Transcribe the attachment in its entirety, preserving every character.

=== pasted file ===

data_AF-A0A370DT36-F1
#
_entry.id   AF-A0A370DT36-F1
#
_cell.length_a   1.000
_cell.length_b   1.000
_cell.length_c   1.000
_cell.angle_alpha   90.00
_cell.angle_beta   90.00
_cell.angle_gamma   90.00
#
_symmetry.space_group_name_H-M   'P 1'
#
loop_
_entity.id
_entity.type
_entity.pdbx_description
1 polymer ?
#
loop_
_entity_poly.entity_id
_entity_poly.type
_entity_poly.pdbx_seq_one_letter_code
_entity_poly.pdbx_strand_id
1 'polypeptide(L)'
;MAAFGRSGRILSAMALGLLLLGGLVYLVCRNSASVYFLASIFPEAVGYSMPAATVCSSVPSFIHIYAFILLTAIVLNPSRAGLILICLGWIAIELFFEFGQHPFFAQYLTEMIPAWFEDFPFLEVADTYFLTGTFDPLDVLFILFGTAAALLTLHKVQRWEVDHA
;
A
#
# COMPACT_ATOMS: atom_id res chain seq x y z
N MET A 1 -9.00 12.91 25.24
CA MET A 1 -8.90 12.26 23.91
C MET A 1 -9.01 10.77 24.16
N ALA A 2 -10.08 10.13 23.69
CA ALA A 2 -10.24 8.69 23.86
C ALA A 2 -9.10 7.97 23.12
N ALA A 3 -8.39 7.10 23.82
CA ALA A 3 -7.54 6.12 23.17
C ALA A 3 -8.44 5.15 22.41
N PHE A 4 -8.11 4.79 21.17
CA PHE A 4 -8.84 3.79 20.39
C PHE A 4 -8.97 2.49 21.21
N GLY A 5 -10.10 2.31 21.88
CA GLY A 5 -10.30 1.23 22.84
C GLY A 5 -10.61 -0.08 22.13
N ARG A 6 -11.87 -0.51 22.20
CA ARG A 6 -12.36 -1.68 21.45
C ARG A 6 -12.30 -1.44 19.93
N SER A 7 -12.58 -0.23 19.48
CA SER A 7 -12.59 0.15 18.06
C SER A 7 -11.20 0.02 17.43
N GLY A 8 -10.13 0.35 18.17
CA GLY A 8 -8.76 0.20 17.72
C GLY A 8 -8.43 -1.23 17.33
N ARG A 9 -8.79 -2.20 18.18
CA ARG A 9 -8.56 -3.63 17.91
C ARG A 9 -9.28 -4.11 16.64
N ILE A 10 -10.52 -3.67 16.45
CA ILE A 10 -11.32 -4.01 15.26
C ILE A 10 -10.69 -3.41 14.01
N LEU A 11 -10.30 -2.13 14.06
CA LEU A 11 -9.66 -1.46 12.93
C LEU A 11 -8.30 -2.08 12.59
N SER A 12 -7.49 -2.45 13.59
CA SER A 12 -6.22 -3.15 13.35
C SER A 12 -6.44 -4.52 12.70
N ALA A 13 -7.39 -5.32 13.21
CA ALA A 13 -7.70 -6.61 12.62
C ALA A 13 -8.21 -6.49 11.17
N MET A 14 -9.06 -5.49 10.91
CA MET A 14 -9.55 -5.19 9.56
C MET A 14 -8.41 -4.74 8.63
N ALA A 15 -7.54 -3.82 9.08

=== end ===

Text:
data_AF-A0A370DT36-F1
#
_entry.id   AF-A0A370DT36-F1
#
_cell.length_a   1.000
_cell.length_b   1.000
_cell.length_c   1.000
_cell.angle_alpha   90.00
_cell.angle_beta   90.00
_cell.angle_gamma   90.00
#
_symmetry.space_group_name_H-M   'P 1'
#
loop_
_entity.id
_entity.type
_entity.pdbx_description
1 polymer ?
#
loop_
_entity_poly.entity_id
_entity_poly.type
_entity_poly.pdbx_seq_one_letter_code
_entity_poly.pdbx_strand_id
1 'polypeptide(L)'
;MAAFGRSGRILSAMALGLLLLGGLVYLVCRNSASVYFLASIFPEAVGYSMPAATVCSSVPSFIHIYAFILLTAIVLNPSRAGLILICLGWIAIELFFEFGQHPFFAQYLTEMIPAWFEDFPFLEVADTYFLTGTFDPLDVLFILFGTAAALLTLHKVQRWEVDHA
;
A
#
# COMPACT_ATOMS: atom_id res chain seq x y z
N MET A 1 -9.00 12.91 25.24
CA MET A 1 -8.90 12.26 23.91
C MET A 1 -9.01 10.77 24.16
N ALA A 2 -10.08 10.13 23.69
CA ALA A 2 -10.24 8.69 23.86
C ALA A 2 -9.10 7.97 23.12
N ALA A 3 -8.39 7.10 23.82
CA ALA A 3 -7.54 6.12 23.17
C ALA A 3 -8.44 5.15 22.41
N PHE A 4 -8.11 4.79 21.17
CA PHE A 4 -8.84 3.79 20.39
C PHE A 4 -8.97 2.49 21.21
N GLY A 5 -10.10 2.31 21.88
CA GLY A 5 -10.30 1.23 22.84
C GLY A 5 -10.61 -0.08 22.13
N ARG A 6 -11.87 -0.51 22.20
CA ARG A 6 -12.36 -1.68 21.45
C ARG A 6 -12.30 -1.44 19.93
N SER A 7 -12.58 -0.23 19.48
CA SER A 7 -12.59 0.15 18.06
C SER A 7 -11.20 0.02 17.43
N GLY A 8 -10.13 0.35 18.17
CA GLY A 8 -8.76 0.20 17.72
C GLY A 8 -8.43 -1.23 17.33
N ARG A 9 -8.79 -2.20 18.18
CA ARG A 9 -8.56 -3.63 17.91
C ARG A 9 -9.28 -4.11 16.64
N ILE A 10 -10.52 -3.67 16.45
CA ILE A 10 -11.32 -4.01 15.26
C ILE A 10 -10.69 -3.41 14.01
N LEU A 11 -10.30 -2.13 14.06
CA LEU A 11 -9.66 -1.46 12.93
C LEU A 11 -8.30 -2.08 12.59
N SER A 12 -7.49 -2.45 13.59
CA SER A 12 -6.22 -3.15 13.35
C SER A 12 -6.44 -4.52 12.70
N ALA A 13 -7.39 -5.32 13.21
CA ALA A 13 -7.70 -6.61 12.62
C ALA A 13 -8.21 -6.49 11.17
N MET A 14 -9.06 -5.49 10.91
CA MET A 14 -9.55 -5.19 9.56
C MET A 14 -8.41 -4.74 8.63
N ALA A 15 -7.54 -3.82 9.08